Australia Compete in the 2016 Kabaddi World Cup
Adam Schneider is a name most sports fans associate with AFL football. For the past week, he has been in India representing his country at the Kabaddi World Cup. Just two months ago, Schneider had never even heard of the sport. That was until former Gold Coast player Campbell Brown got hold of him to offer him a spot on the national team. Speaking to the press, Schneider explained that he had never been to India before and was looking forward to representing his country.
Kabaddi is a contact sport that is thought to have originated in Northern India and is extremely popular throughout the world. It may not seem like it but Kabaddi has a huge following in Australia with local tournaments attracting between seven and eight thousand spectators. When Australia entered into the Punjab-style World Cup, local Australian Punjabi channels screened every match.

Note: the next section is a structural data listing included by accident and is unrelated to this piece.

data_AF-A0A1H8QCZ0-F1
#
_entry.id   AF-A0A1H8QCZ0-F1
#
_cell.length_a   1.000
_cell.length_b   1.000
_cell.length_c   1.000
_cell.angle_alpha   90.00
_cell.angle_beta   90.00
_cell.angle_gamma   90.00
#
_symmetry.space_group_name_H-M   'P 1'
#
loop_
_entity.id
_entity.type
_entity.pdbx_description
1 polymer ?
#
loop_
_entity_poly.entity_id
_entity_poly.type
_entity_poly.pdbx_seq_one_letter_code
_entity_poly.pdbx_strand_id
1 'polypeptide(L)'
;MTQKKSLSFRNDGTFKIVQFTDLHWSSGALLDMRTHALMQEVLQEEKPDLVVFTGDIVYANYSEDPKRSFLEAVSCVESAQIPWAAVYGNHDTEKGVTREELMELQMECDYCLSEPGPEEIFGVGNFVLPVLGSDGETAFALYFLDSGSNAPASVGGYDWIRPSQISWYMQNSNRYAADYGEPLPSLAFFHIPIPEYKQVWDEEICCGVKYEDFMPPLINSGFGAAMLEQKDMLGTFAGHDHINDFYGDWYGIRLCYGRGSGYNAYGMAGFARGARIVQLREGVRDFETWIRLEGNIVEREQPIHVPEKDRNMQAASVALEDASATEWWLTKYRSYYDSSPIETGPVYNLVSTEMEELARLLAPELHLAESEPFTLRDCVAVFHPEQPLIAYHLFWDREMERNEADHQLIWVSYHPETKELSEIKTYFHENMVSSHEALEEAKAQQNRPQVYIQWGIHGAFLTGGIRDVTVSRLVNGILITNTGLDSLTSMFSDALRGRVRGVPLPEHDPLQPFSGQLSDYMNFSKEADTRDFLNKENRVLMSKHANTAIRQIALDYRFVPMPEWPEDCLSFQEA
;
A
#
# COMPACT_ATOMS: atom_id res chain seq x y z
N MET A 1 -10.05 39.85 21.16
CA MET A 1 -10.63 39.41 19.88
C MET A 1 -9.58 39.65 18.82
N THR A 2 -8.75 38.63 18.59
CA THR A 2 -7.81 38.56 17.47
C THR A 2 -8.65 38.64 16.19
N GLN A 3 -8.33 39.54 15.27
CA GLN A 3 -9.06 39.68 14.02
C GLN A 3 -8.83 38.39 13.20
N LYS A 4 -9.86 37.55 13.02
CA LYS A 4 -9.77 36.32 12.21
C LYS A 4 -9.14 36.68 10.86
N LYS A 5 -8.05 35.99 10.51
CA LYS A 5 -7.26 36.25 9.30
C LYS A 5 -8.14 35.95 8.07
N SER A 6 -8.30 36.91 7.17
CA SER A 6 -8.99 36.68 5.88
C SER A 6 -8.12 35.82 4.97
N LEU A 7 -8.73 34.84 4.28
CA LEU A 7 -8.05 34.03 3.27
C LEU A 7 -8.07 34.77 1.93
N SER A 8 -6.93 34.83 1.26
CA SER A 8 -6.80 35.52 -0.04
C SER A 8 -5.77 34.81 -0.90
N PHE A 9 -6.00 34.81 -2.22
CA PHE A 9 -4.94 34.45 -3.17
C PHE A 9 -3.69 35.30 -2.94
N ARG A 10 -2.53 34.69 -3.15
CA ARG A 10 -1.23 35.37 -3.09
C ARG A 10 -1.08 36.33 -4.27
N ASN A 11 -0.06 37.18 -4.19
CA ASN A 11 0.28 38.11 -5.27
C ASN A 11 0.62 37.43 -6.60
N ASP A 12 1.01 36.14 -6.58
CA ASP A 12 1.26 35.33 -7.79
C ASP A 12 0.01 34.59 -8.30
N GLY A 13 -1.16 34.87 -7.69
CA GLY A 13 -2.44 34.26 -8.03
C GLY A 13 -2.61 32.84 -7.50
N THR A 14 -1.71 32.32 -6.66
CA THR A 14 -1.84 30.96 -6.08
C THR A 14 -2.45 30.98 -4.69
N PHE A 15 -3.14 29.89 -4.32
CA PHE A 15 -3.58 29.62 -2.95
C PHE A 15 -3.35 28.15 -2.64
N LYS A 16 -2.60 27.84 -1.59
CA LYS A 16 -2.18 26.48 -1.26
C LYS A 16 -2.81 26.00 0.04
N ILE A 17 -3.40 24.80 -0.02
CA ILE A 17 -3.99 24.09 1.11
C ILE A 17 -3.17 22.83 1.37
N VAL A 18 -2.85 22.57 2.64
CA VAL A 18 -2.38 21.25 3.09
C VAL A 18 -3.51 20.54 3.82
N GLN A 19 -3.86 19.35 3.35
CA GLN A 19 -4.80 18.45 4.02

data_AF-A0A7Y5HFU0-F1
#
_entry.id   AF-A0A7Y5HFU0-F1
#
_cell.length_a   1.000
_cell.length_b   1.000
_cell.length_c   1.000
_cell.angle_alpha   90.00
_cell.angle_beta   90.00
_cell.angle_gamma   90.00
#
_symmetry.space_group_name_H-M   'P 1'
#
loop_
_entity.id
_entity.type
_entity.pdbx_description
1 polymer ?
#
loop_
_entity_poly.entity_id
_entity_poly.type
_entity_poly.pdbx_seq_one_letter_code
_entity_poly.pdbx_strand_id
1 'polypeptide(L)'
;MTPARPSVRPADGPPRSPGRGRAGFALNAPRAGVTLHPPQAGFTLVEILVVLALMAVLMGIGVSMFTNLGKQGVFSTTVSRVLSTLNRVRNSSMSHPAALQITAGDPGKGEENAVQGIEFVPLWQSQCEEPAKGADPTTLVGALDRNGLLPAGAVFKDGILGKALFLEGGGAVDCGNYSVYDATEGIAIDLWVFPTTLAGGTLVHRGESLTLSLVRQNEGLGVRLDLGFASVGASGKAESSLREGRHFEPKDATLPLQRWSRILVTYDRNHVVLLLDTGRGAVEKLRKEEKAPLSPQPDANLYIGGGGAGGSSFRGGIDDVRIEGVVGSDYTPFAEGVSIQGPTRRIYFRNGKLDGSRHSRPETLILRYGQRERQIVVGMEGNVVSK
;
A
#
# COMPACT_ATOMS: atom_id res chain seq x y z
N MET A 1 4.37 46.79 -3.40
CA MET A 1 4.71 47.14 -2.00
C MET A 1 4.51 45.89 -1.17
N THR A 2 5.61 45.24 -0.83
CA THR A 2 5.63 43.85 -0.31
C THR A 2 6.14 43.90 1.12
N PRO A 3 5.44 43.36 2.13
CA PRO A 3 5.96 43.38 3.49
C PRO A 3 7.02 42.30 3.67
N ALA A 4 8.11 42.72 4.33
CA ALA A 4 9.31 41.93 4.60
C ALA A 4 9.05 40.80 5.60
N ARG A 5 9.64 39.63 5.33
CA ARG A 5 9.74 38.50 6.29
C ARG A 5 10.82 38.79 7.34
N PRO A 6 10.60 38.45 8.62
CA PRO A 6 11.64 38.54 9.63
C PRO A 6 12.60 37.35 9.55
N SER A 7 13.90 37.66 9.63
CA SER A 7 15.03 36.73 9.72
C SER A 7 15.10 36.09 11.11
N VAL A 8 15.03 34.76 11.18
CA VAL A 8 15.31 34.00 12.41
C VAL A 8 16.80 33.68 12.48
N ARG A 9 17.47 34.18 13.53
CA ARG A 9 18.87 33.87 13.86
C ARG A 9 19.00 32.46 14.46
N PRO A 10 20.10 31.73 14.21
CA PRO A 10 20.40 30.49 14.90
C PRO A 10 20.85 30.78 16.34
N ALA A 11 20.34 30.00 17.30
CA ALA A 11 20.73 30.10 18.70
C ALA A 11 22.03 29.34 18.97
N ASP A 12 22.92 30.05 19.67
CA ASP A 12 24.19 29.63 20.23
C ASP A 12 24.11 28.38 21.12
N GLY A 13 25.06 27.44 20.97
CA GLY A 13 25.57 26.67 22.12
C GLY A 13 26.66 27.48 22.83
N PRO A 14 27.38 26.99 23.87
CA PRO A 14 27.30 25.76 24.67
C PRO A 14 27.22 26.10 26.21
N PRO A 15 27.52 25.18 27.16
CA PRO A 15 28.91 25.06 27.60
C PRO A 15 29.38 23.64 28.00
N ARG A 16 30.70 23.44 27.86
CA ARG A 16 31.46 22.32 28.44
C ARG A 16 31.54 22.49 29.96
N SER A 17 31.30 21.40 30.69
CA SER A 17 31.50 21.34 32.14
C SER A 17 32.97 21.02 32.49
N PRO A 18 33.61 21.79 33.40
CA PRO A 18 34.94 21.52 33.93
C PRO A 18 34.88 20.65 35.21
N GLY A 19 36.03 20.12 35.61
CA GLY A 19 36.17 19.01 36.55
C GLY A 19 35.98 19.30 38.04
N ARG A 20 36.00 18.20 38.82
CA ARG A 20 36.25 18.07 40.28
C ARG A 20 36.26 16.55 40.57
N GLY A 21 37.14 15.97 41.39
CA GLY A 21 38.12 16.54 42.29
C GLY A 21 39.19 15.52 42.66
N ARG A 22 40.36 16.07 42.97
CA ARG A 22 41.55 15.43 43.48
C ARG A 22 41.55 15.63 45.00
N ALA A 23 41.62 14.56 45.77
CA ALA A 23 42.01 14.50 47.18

The 2016 international rules Kabaddi World Cup hopes to increase awareness of the game and create support for the teams and the sport in general. Describing Kabaddi to the press, Schneider said that it is like playing British Bulldogs on a tennis court. Players have to be agile, fast on their toes and have exceptional tackling abilities. The international version of the came comprises of two teams. Each team has a total of 7 members that occupy halves of the field.
A New Challenge for AFL Athletes
A Kabaddi court or field spans over an area of 10 meters by 13 meters with boundary lines clearly marked on each half. The game is played in two 20-minute halves with a five-minute half-time break when teams swap sides. Each team then take turns sending a “Raider” over to the other half. The job of the raider is to tag an opponent and try make it back to their half without being caught. The team will win a point if the Raider makes it back without being tackled.
The tagged defender or defenders must try and prevent the raider from returning to his half by tackling him to the ground. If the raider is out of bounds or does not manage to make it back past the line, the point is lost.
Ahead of this year’s world cup, Schneider and Brown spent two weeks training with former AFL player Stephen Milne and five other footballers all leaning on the experience of the few professional Kabaddi players in the side. With the sport gaining momentum, it is just a matter of time before Kabaddi becomes a household name and Kabaddi betting makes its debut.